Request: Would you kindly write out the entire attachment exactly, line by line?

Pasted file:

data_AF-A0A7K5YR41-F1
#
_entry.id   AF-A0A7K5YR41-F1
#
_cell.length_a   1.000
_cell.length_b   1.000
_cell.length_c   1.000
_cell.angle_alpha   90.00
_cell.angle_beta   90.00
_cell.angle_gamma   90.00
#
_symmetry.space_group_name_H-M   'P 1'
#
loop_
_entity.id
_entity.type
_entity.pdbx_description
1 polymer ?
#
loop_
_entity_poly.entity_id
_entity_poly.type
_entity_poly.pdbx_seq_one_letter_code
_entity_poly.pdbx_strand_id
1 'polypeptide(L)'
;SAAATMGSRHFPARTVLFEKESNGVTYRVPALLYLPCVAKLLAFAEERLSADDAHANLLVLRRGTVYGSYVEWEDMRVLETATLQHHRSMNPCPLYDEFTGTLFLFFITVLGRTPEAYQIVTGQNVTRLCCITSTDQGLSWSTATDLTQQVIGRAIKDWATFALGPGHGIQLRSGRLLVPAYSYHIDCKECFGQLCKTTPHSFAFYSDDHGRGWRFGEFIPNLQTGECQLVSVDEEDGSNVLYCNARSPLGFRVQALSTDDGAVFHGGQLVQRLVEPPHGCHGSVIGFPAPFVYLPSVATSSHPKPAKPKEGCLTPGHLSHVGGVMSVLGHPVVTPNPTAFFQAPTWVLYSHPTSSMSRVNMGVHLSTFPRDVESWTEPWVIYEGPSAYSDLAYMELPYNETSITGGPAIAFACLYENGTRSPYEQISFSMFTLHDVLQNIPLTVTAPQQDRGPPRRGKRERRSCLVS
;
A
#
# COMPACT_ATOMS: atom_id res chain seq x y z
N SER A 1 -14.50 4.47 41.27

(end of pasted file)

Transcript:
data_AF-A0A7K5YR41-F1
#
_entry.id   AF-A0A7K5YR41-F1
#
_cell.length_a   1.000
_cell.length_b   1.000
_cell.length_c   1.000
_cell.angle_alpha   90.00
_cell.angle_beta   90.00
_cell.angle_gamma   90.00
#
_symmetry.space_group_name_H-M   'P 1'
#
loop_
_entity.id
_entity.type
_entity.pdbx_description
1 polymer ?
#
loop_
_entity_poly.entity_id
_entity_poly.type
_entity_poly.pdbx_seq_one_letter_code
_entity_poly.pdbx_strand_id
1 'polypeptide(L)'
;SAAATMGSRHFPARTVLFEKESNGVTYRVPALLYLPCVAKLLAFAEERLSADDAHANLLVLRRGTVYGSYVEWEDMRVLETATLQHHRSMNPCPLYDEFTGTLFLFFITVLGRTPEAYQIVTGQNVTRLCCITSTDQGLSWSTATDLTQQVIGRAIKDWATFALGPGHGIQLRSGRLLVPAYSYHIDCKECFGQLCKTTPHSFAFYSDDHGRGWRFGEFIPNLQTGECQLVSVDEEDGSNVLYCNARSPLGFRVQALSTDDGAVFHGGQLVQRLVEPPHGCHGSVIGFPAPFVYLPSVATSSHPKPAKPKEGCLTPGHLSHVGGVMSVLGHPVVTPNPTAFFQAPTWVLYSHPTSSMSRVNMGVHLSTFPRDVESWTEPWVIYEGPSAYSDLAYMELPYNETSITGGPAIAFACLYENGTRSPYEQISFSMFTLHDVLQNIPLTVTAPQQDRGPPRRGKRERRSCLVS
;
A
#
# COMPACT_ATOMS: atom_id res chain seq x y z
N SER A 1 -14.50 4.47 41.27